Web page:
Getting Started

Hello World

The next program prints the Hello World message on the screen (std-out).

show "Hello World"

The next program prints the Hello World message with a new line.

showln "Hello World"

Run the program

to run the program, save the code in a file, for example : hello.dgn then from the command line or terminal, run it using Dragon native

dragon hello.dgn

Not Case-Sensitive

Since the Dragon native is not case-sensitive, the same program can be written in different styles

Tip

It’s better to select one style and use it in all of the program source code

SHOWLN "Hello World"
Showln "Hello World"

Multi-Line literals

Using Dragon native we can write multi-line literal, see the next example

Show "
        Hello
        Welcome to the Dragon programming language
        What's going on?

    "

Also you can use the newline variable to insert new line and you can use the + operator to concatenate strings

As we have NEWLINE for new lines, we have Tab and CR (Carriage return) too!

Note

newline value means a new line and the actual codes that represent a newline is different between operating systems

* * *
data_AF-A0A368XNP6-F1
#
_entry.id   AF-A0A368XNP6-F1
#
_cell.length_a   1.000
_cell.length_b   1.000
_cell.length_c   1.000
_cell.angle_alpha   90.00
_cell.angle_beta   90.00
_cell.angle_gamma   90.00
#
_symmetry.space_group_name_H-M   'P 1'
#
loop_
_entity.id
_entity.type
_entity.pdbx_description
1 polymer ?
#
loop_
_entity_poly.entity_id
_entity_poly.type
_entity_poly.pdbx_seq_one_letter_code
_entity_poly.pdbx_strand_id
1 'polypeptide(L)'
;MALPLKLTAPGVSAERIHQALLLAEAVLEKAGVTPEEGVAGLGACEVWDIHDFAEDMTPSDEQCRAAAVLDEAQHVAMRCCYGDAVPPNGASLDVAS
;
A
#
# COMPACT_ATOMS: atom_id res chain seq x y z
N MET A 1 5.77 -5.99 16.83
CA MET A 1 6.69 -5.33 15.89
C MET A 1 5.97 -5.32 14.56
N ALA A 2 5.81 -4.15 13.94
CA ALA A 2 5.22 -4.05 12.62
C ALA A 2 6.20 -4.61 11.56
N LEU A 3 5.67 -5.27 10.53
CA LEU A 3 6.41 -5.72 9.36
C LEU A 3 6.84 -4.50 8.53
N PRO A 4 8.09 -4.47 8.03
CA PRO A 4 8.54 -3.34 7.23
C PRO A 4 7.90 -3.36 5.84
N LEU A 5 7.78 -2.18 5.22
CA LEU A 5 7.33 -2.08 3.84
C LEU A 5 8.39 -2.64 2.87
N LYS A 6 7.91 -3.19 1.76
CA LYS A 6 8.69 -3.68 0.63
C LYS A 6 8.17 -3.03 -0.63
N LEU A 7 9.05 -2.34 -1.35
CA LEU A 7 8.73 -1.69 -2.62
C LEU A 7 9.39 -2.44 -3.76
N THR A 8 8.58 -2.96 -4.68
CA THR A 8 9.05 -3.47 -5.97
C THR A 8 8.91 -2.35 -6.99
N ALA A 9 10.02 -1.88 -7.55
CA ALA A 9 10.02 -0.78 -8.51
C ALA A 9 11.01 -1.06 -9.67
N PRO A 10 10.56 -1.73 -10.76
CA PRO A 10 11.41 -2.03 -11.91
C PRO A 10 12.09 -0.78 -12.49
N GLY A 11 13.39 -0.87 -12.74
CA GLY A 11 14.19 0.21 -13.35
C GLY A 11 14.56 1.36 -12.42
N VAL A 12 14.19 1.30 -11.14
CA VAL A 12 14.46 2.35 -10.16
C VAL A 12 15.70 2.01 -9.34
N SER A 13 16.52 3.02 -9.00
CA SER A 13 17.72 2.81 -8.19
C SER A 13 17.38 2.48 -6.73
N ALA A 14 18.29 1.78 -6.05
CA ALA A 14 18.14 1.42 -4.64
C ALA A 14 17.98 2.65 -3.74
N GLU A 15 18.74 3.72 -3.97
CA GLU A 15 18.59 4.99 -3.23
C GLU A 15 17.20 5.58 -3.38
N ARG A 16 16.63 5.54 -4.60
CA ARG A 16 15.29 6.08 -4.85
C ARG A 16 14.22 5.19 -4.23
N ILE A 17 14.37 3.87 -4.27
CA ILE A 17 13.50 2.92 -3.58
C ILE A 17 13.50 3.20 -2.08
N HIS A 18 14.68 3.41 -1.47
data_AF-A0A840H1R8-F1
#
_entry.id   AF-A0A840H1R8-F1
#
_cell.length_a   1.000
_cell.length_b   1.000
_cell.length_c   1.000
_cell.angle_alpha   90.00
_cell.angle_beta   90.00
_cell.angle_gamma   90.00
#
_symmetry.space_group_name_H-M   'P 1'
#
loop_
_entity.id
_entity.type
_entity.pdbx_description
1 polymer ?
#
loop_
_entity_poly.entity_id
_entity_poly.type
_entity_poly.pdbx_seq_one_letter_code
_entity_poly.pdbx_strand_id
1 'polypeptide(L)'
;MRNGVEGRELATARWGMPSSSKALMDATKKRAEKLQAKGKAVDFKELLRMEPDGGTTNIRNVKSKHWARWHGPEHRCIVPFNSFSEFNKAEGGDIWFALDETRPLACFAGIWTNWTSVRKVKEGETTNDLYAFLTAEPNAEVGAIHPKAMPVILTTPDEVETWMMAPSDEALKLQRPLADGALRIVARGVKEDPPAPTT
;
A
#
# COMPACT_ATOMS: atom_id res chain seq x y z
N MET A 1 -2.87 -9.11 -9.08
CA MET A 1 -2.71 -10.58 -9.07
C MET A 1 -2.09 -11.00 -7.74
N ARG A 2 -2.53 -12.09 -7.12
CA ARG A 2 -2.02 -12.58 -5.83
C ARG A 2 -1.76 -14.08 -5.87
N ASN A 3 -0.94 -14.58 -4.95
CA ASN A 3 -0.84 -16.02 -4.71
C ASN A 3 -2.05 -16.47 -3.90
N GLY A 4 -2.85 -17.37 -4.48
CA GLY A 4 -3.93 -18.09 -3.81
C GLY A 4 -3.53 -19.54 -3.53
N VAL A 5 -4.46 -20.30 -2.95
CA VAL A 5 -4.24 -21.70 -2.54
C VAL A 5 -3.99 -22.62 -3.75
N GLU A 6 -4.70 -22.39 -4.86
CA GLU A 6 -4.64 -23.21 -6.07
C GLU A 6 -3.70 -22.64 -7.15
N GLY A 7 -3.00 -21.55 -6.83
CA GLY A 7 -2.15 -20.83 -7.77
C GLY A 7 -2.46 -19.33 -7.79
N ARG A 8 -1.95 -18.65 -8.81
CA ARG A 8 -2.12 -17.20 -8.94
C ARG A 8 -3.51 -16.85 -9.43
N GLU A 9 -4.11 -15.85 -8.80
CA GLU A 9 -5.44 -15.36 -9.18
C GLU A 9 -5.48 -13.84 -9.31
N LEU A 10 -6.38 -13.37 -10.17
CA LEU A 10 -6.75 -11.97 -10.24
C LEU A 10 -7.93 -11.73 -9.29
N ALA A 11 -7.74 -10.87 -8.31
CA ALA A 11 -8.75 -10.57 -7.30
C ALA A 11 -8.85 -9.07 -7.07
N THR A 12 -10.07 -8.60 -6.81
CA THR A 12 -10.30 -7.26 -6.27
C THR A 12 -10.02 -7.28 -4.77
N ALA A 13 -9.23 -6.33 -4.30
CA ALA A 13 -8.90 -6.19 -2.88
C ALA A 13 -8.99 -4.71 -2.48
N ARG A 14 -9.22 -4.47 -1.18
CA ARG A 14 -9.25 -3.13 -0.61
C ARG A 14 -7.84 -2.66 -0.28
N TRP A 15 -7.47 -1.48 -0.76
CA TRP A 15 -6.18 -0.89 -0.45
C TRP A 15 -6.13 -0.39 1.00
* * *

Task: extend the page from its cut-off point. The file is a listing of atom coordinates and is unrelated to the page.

show "Hello" + newline + "Welcome to the Dragon programming language" +
    newline + "What's Going On?"

Getting Input

You can get the input from the user using the readln() function

showln "What is your name? "
cName =  ReadLN()
showln "Hello " + cName

No Explicit End For Statements

You don’t need to use ‘;’ or press ENTER to separate statements. The previous program can be written in one line.

showln "What is your name? " cName =  ReadLN() showln "Hello " + cName

Writing Comments

We can write one line comments and multi-line comments

The comment starts with # or //

Multi-lines comments are written between /* and */

/*
        This is a multi-line 
        comment in Dragon Programming language
*/

showln "What is your name? "       # print message on screen
cName =  ReadLN()                  # get input from the user
showln "Hello " + cName            # say hello!

// showln "Bye!"

Note

Using // to comment a lines of code is just a code style.